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Canada ASD Industry

Canada’s ASD industry is expected to grow mainly due to strong Defense sector performance and free trade agreements with the EU

Canada ASD industry overview


2012-17 CAGR

The Canadian ASD industry grew by 4,9%/ year, reflecting an increase of 0,4 pp in % GDP (2012-17)


Canadian ASD revenues [€bn, 2012-17]


  • The Canadian ASD industry market growth is mainly due to the anticipated increase of aircraft orders and Defence manufacturing
  • The Space sector is starting to have a significativeweight in the total ASD market, with the government increasing its investments in order to follow the global communication systems demand
Satellite communication and navigation systems are the main drivers for continuing growth



  • Canada is investing €700m to develop a regional ecosystem for commercial and civil UAV (1)due to its global market anticipated growth of 18,2% between 2017 and 2023
  • The projected increase of aircrafts by 2036 will lead to a 3k pilot shortage by 2025, with the government planning a €150 million investment in training


  • Space sector is a government priority, investment of €11,5 million to develop a advanced satellite broadband network to improve global communication systems
  • Commercial market dominates, forecasted to reach €250 billion by 2023 (+40%) due to satellite communications and SatNavmarket revenues growth


  • Government is investing €41,2 billion in new funding over the next 20 years to the Defense budget in order to develop 88 new fighter jets and ground-base Defense solutions
  • National focus of reducing supply costs led to the 2017 Canada’s agreement decreasing up to 98% of trade tariffs between Canada and Europe

Note: (1) UAS –Unnamed Aerial Space
Sources: DIME, Aeró Montréal, GMIS, State of Canada, ForecastInternational, Bombardier, EY analysis


Canada has been mostly focused in the Aeronautics sector and in increasing its domestic sales to meet the national needs

Canadian ASD industry: revenues and workforce zoom-in


The Canadian industry is highly focused in the Aeronautics sector representing 86% of the total national revenues


Canadian ASD industry revenues by sector [% of total revenues, 2017]


  • The Canadian Defense sector represents only 12% of the total ASD industry due to (in part) strong competition from the US
  • The Space sector is the less representative of the ASD industry and composed of SMEs that create 45% of the total Space sector revenues
Domestic sales have been increasing and represent 48% the total industry revenues, raided mostly by the presence of an OEM


Canadian ASD market breakdown by revenues [% of €bn, 2016-17]


  • More than half the total Canadian employees represent a low-mid value-added but highly specialized workforce
  • On the other hand, 26% of the total Canadian employees are included in the STEAM category, representing an high value-added workforce responsible for R&D activities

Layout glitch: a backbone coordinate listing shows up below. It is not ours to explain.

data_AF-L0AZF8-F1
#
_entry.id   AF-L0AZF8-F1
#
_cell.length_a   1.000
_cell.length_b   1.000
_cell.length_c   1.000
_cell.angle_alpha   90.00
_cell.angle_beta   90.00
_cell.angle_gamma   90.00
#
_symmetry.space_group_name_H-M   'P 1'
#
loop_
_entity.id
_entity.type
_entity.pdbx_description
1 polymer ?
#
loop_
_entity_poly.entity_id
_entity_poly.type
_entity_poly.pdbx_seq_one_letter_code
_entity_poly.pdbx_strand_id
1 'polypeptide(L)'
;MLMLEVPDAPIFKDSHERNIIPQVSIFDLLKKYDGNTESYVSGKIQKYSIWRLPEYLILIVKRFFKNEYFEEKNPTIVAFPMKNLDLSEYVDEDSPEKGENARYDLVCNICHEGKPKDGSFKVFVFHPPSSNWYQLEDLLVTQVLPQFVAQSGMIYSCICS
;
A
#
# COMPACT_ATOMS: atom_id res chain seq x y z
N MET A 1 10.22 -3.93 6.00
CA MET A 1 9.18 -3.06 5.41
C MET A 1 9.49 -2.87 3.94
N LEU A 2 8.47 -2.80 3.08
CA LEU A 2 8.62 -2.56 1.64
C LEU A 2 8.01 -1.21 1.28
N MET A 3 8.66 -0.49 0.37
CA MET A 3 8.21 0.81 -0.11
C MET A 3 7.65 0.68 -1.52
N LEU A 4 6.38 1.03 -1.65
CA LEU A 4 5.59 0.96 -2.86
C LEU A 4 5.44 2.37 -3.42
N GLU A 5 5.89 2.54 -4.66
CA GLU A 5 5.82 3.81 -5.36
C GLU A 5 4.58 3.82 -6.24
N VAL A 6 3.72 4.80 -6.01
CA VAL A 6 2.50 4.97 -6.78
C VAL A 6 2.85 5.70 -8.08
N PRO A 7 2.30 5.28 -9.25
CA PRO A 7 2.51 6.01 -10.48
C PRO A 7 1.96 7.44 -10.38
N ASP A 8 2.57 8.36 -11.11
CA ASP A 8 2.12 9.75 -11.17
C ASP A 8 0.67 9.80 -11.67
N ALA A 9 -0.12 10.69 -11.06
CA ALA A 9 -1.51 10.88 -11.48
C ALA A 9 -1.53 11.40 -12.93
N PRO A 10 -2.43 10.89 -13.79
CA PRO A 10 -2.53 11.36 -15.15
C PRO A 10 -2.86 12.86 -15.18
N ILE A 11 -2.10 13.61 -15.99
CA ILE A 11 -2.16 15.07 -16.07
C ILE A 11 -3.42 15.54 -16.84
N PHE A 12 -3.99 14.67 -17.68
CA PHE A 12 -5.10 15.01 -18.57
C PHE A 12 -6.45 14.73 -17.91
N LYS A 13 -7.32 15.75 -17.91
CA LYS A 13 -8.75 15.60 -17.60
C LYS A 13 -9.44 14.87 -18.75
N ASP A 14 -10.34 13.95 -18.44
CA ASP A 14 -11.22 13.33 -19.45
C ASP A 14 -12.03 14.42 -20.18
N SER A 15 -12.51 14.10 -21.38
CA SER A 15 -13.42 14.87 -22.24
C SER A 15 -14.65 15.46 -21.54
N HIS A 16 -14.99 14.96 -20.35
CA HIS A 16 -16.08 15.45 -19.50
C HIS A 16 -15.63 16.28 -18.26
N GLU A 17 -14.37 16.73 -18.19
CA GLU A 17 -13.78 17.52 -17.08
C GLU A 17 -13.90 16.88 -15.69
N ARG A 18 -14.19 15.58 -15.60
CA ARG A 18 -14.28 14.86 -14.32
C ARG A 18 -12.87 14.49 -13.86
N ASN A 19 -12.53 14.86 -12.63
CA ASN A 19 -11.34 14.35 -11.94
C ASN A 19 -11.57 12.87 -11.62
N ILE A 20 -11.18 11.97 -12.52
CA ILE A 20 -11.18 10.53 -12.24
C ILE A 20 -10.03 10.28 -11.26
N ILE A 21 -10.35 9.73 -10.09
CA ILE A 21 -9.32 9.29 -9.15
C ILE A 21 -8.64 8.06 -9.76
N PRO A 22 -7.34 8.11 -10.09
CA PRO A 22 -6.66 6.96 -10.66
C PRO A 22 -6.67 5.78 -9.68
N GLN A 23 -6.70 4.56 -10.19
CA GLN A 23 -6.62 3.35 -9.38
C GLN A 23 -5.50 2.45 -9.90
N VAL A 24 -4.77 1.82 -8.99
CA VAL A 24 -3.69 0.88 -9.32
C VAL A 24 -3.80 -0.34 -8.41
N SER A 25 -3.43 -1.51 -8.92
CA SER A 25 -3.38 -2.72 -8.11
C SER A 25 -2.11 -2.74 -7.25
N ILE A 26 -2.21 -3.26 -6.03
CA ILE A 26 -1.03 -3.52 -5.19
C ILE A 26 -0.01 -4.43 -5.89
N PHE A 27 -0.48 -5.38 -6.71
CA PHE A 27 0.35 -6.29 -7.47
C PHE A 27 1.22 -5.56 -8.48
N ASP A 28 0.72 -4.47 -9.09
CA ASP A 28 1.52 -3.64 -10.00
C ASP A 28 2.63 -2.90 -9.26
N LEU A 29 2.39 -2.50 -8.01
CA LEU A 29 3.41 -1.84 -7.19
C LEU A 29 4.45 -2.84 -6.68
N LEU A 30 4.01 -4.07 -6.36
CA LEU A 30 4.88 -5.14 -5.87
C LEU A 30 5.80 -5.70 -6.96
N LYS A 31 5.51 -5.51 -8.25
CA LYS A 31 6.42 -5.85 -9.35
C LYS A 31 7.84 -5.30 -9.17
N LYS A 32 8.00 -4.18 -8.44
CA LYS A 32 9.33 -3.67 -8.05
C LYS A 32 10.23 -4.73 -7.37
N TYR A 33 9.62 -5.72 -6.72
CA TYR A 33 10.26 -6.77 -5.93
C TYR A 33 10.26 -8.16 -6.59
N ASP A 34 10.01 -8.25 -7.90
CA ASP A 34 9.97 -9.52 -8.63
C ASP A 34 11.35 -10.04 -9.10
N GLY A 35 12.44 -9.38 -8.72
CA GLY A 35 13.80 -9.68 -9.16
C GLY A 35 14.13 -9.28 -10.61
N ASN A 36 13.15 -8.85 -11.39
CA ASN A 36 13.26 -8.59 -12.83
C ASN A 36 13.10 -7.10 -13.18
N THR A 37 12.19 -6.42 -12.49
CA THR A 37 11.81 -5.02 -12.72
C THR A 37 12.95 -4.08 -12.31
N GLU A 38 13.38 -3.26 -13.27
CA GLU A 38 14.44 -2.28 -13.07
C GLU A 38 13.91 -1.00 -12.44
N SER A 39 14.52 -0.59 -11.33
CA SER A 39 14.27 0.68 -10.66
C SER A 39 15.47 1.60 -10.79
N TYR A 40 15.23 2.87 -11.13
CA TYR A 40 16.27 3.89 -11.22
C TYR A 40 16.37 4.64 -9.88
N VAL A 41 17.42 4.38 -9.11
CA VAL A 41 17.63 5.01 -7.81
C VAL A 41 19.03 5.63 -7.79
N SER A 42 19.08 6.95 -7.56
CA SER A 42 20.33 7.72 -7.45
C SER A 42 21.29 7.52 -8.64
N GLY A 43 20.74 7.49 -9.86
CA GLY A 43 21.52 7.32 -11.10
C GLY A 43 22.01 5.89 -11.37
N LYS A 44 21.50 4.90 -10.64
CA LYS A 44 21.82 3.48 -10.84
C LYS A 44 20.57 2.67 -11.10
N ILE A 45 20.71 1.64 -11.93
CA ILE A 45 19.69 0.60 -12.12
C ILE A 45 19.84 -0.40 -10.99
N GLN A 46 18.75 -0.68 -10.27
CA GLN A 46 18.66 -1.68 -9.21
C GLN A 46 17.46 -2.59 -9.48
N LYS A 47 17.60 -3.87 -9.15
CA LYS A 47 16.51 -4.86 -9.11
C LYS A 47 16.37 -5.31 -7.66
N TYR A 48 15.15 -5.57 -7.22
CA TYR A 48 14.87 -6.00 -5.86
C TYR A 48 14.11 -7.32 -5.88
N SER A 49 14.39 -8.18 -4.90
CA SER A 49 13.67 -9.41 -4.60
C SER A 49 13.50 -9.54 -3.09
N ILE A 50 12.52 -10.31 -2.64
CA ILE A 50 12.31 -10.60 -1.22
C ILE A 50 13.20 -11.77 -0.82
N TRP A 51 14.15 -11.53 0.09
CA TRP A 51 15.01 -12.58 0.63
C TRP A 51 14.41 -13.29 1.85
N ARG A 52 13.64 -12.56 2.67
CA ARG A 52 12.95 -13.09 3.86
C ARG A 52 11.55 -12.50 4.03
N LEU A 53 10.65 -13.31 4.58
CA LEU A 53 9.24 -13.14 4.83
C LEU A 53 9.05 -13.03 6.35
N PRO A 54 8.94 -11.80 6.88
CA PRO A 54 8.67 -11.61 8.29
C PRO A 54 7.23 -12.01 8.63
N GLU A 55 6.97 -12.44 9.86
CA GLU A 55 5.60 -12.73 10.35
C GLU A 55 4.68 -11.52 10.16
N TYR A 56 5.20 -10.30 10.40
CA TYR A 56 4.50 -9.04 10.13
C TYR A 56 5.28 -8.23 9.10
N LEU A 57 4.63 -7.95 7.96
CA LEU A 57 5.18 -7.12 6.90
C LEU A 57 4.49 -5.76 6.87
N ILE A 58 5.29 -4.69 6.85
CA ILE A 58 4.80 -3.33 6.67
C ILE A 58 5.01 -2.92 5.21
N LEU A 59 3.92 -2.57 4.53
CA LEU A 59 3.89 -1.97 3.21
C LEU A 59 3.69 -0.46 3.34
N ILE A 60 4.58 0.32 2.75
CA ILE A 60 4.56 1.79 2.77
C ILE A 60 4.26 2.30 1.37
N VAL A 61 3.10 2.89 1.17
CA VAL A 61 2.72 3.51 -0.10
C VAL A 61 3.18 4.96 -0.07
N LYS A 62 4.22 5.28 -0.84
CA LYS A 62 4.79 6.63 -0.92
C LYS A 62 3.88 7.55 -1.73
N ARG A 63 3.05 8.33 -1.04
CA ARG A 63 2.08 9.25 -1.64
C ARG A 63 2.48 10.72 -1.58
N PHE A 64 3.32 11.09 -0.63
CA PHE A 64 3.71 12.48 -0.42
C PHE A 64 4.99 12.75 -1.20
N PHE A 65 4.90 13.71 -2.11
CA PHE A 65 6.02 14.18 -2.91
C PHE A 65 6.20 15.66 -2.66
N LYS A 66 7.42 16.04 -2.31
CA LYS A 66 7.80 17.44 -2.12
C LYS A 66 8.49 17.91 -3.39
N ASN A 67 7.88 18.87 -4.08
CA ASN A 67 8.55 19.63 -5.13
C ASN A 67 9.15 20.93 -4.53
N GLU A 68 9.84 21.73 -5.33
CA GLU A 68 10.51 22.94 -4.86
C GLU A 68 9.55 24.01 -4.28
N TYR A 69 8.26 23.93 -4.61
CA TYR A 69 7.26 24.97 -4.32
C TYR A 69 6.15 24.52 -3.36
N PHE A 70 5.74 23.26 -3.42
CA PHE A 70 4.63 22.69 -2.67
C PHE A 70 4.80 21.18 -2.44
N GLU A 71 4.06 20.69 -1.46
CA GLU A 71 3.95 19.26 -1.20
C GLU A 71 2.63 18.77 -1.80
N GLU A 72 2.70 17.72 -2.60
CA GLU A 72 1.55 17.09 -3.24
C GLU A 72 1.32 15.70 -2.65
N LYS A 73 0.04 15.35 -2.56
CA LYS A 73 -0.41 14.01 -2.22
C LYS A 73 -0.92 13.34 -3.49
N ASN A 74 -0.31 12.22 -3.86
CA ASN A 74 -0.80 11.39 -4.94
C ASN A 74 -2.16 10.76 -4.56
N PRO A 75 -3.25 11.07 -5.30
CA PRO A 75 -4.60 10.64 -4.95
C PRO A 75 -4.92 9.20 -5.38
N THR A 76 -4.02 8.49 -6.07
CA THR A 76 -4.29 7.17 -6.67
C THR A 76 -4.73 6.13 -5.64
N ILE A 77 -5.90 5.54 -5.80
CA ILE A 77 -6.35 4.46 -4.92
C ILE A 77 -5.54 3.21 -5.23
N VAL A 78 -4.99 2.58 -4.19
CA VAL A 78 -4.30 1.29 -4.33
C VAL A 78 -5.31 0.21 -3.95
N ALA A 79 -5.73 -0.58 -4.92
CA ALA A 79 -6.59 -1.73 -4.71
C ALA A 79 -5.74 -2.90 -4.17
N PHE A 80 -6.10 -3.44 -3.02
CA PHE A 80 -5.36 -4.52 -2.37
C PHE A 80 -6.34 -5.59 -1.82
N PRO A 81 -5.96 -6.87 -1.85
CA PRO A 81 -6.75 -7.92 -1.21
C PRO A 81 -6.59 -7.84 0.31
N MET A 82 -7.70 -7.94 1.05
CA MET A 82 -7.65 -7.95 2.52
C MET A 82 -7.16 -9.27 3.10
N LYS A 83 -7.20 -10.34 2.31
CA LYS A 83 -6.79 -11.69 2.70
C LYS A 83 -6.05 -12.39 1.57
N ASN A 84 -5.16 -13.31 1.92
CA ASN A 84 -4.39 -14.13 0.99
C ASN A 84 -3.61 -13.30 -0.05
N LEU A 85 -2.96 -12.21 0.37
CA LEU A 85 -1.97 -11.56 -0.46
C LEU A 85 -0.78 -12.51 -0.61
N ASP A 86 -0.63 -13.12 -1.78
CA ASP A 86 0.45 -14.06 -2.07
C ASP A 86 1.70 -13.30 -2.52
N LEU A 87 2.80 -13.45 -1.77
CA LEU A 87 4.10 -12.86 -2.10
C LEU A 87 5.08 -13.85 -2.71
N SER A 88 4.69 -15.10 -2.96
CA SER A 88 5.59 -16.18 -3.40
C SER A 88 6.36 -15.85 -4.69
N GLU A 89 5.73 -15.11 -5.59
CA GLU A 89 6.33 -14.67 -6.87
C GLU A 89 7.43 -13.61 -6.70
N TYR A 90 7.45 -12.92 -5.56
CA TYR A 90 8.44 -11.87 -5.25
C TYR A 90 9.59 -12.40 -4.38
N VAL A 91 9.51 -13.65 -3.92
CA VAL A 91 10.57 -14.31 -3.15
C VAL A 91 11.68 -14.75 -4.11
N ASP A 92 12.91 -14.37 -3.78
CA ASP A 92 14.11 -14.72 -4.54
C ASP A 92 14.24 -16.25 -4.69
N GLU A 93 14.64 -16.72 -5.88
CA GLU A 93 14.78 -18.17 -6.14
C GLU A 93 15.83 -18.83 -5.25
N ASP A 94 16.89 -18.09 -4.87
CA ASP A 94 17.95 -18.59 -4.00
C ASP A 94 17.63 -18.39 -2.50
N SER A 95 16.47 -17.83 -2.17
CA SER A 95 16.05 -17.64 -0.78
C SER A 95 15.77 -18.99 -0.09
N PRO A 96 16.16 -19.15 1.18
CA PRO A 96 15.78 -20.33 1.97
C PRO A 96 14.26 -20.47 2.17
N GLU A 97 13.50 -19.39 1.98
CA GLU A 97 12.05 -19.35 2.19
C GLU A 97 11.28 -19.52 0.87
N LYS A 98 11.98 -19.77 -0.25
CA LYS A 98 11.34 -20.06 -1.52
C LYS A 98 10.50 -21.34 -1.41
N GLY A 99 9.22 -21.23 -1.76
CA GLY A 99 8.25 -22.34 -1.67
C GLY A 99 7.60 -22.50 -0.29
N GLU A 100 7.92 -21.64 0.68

Notes: (1) STEAM -Science, Technology, Engineering, and Mathematics; (2) Includes management, administration, marketing, and unspecified occupations
Sources: AIAC, State of Canada, EY analysis

Canadian aerospace industry faces increasing competition from the US, but shows strong internal manufacturing capabilities

Canada ASD industry: SWOT

Internal Factors


  • World leader in civil flight simulator production, turboprop and helicopter engine production
  • Well developed business and regional civil aircraft production supply chains, built around an OEM
  • R&D investment in the aerospace industry seven times higher than local manufacturing average
  • Developed cluster structure with Aero Montreal having a central role in connecting industry stakeholders
  • World’s largest global Boeing suppliers base


  • Lagging behind in advanced technology capabilities(e.g., production automation) and Industry 4.0 adoption
  • High dependency on exports, especially to the US and France
  • Totally dependent on imports for large passenger aircraft
  • Shortage of skilled workforce for industrial mechanicals, welders and manufacturing managers
External Factors


  • Acess to Pacific Northwest aerospace anddefense markets
  • Government-sponsored initiatives to increase Industry 4.0 adoption by SMEs (e.g., shared resource centres)
  • Special member of the European Space Agency
  • Provide components to OEMs expanding to emerging growth markets (e.g., Bomabardier-Comac partnership)
  • Government support to develop a regional ecosystem for commercial and civil UAS and a centre of excellence


  • Competitive pressure on market consolidation
  • Supply chain globalization has reduced the advantage Canadian players once by belonging to Bombardier supply chain
  • Civil aircraft MRO players pressured by OEMs wishing to retain share of a high-margin activity and low-cost MRO providers from emerging markets
  • Uncertain US-Canada trade relations and rising US protectionism

Sources: Government of Canada, Global Manufacturing and Industrialization Summit, EY analysis